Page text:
Why Swamp Thing Is The Most Exciting Part Of James Gunn’s New DC Universe

The boggy 1972 brainchild of writer Len Wein and artist Bernie Wrightson, Swamp Thing is what remains of scientist Alec Holland, who survived an assassination attempt and fused with his bio-restorative formula. Initially, Holland’s journey was a fairly typical Beauty-and-the-Beast narrative in which he hoped to be restored to his human form. When an up-and-coming weirdo named Alan Moore took over the series in the 1980s, the character was revealed to be a plant-based incarnation of the deceased Holland. This is where it got weird and wonderful. Though Swamp Thing was never a terribly popular title for DC, some of the greatest writers and artists in the history of the medium (Wein, Wrightson, Moore, Grant Morrison, Mark Millar and Brian K. Vaughan) have placed their spin on the character.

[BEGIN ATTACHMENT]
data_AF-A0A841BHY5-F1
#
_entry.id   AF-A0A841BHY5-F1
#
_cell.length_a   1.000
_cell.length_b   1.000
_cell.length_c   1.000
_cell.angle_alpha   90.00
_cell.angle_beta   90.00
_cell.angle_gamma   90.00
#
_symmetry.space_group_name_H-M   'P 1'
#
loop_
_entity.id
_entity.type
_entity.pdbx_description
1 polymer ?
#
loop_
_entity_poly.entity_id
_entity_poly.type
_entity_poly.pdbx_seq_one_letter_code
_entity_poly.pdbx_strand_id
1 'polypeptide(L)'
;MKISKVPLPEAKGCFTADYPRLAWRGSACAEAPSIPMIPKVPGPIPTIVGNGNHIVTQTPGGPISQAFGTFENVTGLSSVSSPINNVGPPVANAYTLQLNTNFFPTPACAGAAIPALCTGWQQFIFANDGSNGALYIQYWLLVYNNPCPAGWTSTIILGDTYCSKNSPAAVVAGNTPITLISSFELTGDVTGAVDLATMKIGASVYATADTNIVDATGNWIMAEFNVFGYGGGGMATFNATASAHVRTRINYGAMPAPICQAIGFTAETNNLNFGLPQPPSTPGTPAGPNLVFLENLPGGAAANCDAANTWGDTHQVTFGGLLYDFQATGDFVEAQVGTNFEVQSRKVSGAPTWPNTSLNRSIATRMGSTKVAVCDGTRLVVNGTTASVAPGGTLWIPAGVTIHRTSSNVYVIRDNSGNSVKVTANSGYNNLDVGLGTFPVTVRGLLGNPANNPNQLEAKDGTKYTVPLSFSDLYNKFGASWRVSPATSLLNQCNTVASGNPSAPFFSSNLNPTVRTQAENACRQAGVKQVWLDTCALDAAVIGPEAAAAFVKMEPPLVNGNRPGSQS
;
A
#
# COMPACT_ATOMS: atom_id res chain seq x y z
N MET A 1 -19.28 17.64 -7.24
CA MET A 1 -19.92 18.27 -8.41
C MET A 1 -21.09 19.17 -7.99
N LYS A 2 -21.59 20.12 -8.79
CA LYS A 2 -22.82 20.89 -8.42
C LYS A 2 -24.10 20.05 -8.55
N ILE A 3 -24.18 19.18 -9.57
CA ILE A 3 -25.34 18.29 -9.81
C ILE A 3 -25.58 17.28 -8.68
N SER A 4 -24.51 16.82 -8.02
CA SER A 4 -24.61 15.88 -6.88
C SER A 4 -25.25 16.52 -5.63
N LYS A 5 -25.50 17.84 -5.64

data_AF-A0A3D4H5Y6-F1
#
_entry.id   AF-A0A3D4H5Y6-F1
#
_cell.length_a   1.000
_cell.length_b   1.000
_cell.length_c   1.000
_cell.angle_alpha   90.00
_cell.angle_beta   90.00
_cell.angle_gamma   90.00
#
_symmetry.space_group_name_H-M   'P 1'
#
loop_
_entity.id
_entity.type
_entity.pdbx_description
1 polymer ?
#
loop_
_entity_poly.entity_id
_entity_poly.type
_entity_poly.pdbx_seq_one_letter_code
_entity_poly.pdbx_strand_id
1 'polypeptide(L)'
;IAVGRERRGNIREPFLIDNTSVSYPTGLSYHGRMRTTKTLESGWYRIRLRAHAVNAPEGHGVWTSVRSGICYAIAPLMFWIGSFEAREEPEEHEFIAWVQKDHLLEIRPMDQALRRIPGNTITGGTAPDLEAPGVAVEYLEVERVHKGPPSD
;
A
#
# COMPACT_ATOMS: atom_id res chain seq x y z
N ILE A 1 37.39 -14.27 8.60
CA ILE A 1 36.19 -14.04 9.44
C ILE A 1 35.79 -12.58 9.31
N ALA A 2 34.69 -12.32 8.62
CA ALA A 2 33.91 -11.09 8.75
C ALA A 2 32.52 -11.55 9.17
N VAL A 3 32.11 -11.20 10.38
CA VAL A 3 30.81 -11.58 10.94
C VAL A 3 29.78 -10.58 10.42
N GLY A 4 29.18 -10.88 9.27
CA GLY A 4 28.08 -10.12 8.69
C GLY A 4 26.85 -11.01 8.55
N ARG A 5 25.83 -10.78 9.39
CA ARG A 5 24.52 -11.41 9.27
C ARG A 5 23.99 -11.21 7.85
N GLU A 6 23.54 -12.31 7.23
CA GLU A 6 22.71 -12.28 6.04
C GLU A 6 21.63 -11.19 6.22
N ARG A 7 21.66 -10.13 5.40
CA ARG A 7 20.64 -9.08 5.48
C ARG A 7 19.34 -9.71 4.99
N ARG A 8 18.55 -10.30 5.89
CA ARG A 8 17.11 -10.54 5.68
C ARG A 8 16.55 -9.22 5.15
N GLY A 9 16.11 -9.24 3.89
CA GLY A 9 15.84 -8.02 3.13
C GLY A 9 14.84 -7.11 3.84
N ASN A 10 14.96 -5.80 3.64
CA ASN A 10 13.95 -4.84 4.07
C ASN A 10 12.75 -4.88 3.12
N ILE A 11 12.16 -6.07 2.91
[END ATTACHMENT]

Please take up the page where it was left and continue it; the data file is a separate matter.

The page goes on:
I was fortunate enough to have a brother born six years before me, so I was exposed to the Wein-Wrightson “Swamp Thing” prior to Wes Craven’s affectionately garish take on the creature in 1982. It’s a PG-rated B-movie largely devoid of the character’s inherent darkness, but its environmentally conscious message has aged well. The Jim Wynorski-directed sequel, “The Return of Swamp Thing,” is pure silliness, but the short-lived 2019 streaming series was an earnest attempt to honor Holland’s righteous monstrousness.

As we speed toward a climate crisis that could render whole chunks of the planet uninhabitable by the middle of the 21st century, introducing moviegoers to the natural world’s avenger is right on time. So what will a James Gunn-greenlit Swamp Thing look like?

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